Jonathan Blair Womble Bond DickinsonName: Jonathan Blair

Position: Co-chair and UK managing partner

Firm: Womble Bond Dickinson

Trained at: Wragge & Co

In Hot 100 for: Leading Bond Dickinson into a major US merger. Read his full Hot 100 profile.

What’s your most vivid memory from being a trainee?

I did my training at Wragges in Birmingham in the late 1980s and as a young trainee the culture felt very exciting and dynamic. This was pre-recession and it felt like the UK was booming. We worked very hard and played hard too and Quentin Poole, who at the time was a litigation partner, used to hold court at the bar of a local hotel on a Friday afternoon (it can’t have been every Friday but it is in my memory) and I remember thinking just how exotic it all was – this was the 80s remember! Great team building…

Who has been the most influential person in your career? Why, and how have they helped you?  

I’ve been very fortunate to have had a number of supporters and mentors over the years but without doubt the people who have always been there for me and who, when I was at school and then at university, were right alongside me were my mum and dad.

My dad’s parents were farmers in Northumberland and had a tough life, certainly compared to today’s standards. My dad and his brother were the first in their family to go to university and dad has an incredible work ethic which he instilled into me. My mum was this incredibly gentle and supportive person, and in her eyes all of her four children could no wrong. She would have been proud of us whatever we had chosen to do and so the combination of the two instilled in me a strong work ethic and a strong sense of understanding that there are many different ways to achieve and no one way is any better or worse than the other. Just different.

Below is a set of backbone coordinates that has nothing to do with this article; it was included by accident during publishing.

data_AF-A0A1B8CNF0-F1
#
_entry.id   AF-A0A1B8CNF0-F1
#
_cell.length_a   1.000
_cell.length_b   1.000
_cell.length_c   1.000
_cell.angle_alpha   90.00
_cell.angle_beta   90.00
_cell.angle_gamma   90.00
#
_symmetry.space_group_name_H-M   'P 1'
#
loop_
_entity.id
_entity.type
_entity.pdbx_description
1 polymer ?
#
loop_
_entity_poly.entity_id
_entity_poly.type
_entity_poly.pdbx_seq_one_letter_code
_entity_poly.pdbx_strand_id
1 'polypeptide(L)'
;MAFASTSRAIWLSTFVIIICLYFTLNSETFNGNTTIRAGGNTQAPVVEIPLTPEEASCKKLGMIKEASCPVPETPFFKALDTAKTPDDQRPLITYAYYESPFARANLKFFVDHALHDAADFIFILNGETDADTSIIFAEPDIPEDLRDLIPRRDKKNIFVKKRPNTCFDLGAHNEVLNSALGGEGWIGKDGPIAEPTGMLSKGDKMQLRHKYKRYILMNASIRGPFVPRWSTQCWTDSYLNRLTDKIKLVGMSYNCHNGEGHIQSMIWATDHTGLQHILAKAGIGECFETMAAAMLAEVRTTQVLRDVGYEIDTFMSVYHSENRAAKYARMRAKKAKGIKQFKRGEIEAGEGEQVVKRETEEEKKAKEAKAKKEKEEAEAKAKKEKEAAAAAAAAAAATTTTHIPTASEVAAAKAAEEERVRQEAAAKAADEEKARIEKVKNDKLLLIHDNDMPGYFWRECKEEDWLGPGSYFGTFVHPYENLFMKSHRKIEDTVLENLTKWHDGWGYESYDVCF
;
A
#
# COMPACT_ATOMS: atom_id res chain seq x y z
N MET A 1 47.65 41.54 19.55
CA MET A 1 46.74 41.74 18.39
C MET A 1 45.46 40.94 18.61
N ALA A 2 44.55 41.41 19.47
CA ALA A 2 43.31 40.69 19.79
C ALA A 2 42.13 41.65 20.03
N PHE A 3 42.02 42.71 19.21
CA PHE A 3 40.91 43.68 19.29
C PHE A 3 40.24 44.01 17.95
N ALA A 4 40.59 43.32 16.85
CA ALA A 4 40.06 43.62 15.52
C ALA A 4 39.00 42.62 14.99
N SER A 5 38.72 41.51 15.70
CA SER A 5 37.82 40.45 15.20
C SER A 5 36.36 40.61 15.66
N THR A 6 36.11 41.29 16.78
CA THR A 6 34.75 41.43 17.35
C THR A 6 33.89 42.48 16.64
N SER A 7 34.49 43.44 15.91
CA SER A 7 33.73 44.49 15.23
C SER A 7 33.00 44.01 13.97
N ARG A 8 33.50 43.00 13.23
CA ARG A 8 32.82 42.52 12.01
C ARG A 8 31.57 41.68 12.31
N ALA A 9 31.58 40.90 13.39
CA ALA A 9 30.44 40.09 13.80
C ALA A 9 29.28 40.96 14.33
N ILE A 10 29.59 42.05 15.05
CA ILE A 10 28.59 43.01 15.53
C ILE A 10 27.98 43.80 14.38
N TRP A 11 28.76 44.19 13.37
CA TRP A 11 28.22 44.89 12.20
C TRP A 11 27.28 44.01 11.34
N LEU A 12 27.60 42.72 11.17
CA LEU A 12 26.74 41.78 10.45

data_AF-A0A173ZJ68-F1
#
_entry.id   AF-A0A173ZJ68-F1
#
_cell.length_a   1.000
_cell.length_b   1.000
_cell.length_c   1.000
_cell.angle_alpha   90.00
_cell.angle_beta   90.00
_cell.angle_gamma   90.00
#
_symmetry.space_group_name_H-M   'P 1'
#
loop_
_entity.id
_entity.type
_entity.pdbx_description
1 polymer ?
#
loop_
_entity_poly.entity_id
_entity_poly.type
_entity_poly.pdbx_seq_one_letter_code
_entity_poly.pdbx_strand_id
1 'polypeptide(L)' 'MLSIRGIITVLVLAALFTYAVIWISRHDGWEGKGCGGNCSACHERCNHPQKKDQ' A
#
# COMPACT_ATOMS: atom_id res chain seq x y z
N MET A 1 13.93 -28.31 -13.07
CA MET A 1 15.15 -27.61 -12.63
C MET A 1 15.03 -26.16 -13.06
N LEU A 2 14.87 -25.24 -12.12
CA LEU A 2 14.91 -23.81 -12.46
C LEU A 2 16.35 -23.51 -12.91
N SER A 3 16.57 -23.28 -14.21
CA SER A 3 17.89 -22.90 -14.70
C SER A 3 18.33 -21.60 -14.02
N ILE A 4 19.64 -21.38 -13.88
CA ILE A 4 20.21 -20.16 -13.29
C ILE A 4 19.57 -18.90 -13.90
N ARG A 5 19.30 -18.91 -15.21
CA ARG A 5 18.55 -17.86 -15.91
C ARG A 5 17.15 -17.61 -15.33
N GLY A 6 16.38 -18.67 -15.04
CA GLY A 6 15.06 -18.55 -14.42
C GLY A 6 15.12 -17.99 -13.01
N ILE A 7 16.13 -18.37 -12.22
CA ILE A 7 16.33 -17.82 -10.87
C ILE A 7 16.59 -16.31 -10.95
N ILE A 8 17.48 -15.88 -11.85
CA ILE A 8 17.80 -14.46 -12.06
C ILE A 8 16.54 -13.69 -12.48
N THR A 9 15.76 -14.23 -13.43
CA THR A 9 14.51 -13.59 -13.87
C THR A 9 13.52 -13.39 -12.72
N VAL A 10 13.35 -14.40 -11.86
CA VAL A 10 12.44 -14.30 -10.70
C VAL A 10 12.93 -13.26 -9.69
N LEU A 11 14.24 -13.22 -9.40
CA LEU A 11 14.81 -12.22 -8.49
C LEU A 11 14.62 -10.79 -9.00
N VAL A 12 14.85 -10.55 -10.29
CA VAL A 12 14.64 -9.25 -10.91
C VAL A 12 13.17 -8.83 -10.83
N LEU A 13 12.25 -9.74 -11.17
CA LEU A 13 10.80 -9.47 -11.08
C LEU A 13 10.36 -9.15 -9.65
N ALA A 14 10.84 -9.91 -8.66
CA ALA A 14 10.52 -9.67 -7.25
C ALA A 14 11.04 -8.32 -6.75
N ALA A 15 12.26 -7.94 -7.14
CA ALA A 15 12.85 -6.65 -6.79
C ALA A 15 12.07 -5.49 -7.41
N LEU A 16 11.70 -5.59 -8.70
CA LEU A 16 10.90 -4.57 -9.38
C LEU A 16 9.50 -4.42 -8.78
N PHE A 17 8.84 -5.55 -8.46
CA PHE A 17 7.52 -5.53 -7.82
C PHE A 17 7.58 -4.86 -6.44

What was the best career decision you ever made, and why? 

I was sorry to leave Wragges, they were a great firm and were on a real roll in the 80s, but without doubt the best decision I made was to join what was then Dickinson Dees in Newcastle. It was different, and at that time the firm was going through some very big changes and had only just appointed its first managing partner, Graham Wright.

Robert Dickinson, the then senior partner was an incredibly impressive individual and a strong leader and, building on those foundations, the business has been able to evolve into the law firm we are today.

What advice would you give to someone who wants to get to where you are/do the job you do?  

Take each stage as it comes. There is always a logical next step and make sure you understand when that step should be taken – both for the business and for you personally. Gather information before you make a decision but don’t make the mistake of gathering more and more information and not actually making a decision.

You will have some setbacks but don’t be too down-heartened by these, ultimately they do make you stronger. Remember those who support you along the way and don’t lose sight of where you started from and where it all began. Above all, work hard.

What work or career-related project or activity would you really like to do, but don’t have time for?  

On a personal level, business has always been what I have been interested in (that was why I practiced in the insolvency field when I was a fee earner) and without doubt the best business leadership course I have ever attended was Harvard Business School’s “Leading Professional Service Firms” . It was a short course, only six days or so, and is a mini professional services – focused business course.

Had time allowed  I would have liked to have done an MBA. I know MBAs can come in for a bit of stick but what I also know is my younger brother did one while still a civil engineer with Balfour Beatty in the early 90s and armed with his learning and the experience he then had he went on to set up HTC (mobile phone company) in Europe. I think all professional services businesses would benefit from more formal training.